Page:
The Intergovernmental Panel on Climate Change (IPCC) is the world’s foremost authority on climate change. Every 5-7 years the IPCC issues a series of three documents describing the state of climate change, the implications for society today and in the future, and suggestions for mitigation or abatement strategies. The second paper of the most recent Fifth Assessment Report, WGII, was released today. The WGII paper was contributed to by 243 lead authors and 436 contributing authors from around the world. Twelve thousand peer reviewed scientific research studies are cited - double the amount of scientific literature cited in the previous IPCC report from 2007. The WGII paper focuses on how patterns of risks and potential benefits are shifting due to climate change. It also considers how impacts and risks related to climate change can be reduced and managed through adaptation and mitigation. Considering the emphasis of the report on the implications of climate change for society, we think it is a useful resource for companies working to assess how climate change can impact their business.

Specific Key Risk Areas resulting from climate change are identified in the report. The IPCC uses the UNFCC definition of key risks as “potential severe impacts due to high hazard or vulnerability of societies and systems exposed, or both.” Identification of key risks was based on “expert judgment using specific criteria of large magnitude, high probability, or irreversibility of impacts; timing of impacts; persistent vulnerability or exposure contributing to risks; or limited potential to reduce risks through adaptation or mitigation.”

Key risks resulting from climate change that were identified with a high degree of confidence in the report were as follows:

• Risk of death, injury, ill-health, or disrupted livelihoods in low-lying coastal zones and small island developing states and other small islands, due to storm surges, coastal flooding, and sea-level rise.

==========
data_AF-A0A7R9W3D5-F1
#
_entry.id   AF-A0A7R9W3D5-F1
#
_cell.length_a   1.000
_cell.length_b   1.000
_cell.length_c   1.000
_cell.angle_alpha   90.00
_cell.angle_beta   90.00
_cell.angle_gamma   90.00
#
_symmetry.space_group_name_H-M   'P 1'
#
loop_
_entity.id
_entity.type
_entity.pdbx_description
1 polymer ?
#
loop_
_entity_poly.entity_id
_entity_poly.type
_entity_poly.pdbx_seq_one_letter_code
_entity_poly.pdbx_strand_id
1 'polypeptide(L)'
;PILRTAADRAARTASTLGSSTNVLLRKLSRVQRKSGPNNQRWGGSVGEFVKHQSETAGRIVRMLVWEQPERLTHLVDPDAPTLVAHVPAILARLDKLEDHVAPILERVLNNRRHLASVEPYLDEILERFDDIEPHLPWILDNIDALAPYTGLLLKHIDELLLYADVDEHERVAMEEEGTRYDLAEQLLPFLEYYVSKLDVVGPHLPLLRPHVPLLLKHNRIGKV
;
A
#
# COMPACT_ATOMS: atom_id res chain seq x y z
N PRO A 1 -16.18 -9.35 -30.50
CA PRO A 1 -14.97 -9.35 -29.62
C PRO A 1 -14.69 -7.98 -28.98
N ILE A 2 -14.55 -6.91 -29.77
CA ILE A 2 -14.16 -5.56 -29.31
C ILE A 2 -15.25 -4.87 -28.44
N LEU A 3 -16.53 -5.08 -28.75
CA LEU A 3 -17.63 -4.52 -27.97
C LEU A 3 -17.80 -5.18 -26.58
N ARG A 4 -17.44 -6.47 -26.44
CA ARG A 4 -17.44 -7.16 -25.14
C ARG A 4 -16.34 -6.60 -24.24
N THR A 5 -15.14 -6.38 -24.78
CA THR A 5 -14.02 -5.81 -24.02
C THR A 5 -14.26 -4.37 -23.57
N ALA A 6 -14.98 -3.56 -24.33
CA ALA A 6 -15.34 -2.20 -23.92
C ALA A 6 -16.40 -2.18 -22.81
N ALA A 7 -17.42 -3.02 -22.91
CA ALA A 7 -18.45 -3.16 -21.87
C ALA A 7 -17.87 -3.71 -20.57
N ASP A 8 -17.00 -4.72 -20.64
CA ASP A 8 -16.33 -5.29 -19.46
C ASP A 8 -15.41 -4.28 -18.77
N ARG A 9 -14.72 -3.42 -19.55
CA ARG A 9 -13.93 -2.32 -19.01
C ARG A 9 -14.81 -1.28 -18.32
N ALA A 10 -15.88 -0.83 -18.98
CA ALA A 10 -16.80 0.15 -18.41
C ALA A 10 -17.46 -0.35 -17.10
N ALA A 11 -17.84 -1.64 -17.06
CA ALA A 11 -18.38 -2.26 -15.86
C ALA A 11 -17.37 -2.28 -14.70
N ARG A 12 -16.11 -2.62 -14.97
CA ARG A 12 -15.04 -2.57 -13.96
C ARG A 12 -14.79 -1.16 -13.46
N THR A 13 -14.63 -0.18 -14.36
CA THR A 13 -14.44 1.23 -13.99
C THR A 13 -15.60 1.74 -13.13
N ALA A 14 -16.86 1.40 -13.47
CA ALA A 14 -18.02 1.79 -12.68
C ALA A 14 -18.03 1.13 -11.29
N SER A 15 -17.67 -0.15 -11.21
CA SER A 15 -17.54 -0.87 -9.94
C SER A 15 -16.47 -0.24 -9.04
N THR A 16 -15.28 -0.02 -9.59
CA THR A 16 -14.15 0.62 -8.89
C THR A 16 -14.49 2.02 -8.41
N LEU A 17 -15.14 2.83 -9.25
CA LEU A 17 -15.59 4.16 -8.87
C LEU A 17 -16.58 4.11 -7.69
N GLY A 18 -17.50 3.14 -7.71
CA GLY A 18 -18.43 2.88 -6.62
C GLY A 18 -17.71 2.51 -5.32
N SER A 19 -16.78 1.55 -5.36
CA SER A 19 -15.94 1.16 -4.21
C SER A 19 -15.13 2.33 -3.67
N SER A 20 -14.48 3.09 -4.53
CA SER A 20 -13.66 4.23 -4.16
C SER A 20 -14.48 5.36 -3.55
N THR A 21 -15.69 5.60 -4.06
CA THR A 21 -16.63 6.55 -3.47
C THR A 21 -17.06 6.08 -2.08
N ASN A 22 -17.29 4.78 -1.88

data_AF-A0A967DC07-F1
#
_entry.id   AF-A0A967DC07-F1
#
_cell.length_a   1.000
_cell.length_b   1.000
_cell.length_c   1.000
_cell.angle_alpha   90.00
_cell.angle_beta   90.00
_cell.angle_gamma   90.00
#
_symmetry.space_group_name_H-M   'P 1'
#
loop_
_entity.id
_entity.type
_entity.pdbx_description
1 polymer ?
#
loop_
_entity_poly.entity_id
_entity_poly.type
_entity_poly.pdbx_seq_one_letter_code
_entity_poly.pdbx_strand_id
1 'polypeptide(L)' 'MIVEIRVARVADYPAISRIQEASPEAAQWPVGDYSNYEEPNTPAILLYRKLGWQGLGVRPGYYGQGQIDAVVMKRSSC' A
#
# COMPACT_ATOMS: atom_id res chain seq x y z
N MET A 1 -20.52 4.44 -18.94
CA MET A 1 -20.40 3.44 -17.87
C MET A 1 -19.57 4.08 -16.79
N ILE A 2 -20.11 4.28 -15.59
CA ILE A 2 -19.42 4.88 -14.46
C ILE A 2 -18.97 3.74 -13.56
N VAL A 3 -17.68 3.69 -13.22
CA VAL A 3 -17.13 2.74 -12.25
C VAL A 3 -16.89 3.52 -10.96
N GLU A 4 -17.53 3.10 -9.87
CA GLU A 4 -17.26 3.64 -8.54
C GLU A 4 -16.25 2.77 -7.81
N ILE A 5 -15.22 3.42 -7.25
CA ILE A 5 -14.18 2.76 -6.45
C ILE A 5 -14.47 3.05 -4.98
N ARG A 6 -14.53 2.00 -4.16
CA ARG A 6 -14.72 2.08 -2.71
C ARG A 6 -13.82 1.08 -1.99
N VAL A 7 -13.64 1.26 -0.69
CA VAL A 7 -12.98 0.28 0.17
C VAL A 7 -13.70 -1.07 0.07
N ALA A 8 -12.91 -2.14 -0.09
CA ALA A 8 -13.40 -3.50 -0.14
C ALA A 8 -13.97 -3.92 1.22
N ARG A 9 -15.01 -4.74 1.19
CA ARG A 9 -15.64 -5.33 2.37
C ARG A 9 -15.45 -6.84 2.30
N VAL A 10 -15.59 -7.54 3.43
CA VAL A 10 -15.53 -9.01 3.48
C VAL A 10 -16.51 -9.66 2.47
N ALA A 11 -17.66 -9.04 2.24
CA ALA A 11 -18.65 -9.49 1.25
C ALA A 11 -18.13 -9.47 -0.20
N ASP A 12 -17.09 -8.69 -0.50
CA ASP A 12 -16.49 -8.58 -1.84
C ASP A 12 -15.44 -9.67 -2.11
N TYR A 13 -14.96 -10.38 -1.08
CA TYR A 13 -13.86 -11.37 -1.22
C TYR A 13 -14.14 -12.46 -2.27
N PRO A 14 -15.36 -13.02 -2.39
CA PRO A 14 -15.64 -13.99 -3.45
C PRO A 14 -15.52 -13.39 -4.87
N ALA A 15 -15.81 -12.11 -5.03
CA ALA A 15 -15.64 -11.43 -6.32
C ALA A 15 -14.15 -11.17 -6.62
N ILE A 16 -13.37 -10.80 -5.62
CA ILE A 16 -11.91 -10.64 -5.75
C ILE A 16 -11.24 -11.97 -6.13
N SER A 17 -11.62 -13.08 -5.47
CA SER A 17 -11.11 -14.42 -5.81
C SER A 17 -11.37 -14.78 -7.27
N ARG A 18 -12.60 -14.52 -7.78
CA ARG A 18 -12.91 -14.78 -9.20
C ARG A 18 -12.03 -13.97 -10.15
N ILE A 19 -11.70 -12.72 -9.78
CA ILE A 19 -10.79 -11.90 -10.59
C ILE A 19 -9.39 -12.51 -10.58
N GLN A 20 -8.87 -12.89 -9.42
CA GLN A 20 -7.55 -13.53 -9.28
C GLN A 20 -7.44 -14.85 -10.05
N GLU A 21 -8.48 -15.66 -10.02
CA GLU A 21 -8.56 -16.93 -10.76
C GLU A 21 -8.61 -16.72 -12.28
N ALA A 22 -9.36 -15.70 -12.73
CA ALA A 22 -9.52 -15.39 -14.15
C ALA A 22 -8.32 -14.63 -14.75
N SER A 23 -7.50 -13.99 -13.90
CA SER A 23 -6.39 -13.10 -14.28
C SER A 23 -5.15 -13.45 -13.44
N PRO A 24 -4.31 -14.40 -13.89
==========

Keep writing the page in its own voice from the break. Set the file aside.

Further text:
• Risk of severe ill-health and disrupted livelihoods for large urban populations due to inland flooding in some regions.

• Systemic risks due to extreme weather events leading to breakdown of infrastructure networks and critical services such as electricity, water supply, and health and emergency services.

• Risk of mortality and morbidity during periods of extreme heat, particularly for vulnerable urban populations and those working outdoors in urban or rural areas.

• Risk of food insecurity and the breakdown of food systems linked to warming, drought flooding, and precipitation variability and extremes, particularly for poorer populations in urban and rural settings.

• Risk of loss of rural livelihoods and income due to insufficient access to drinking and irrigation water and reduced agricultural productivity, particularly for farmers and pastoralists with minimal capital in semi-arid regions.

• Risk of loss of marine and coastal ecosystems, biodiversity, and the ecosystem goods, functions, and services they provide for coastal livelihoods, especially for fishing communities in the tropics and the Arctic.

• Risk of loss of terrestrial and inland water ecosystems, biodiversity, and the ecosystem goods, functions, and services they provide for livelihoods.

These risks and other findings are explained in far greater detail in the report. Those interested in reviewing the report findings can download the full report or the more manageable 44 page Summary for Policymakers here. For those looking for a higher level perspective, the New York Times also summarized some of the key findings in its headline article here.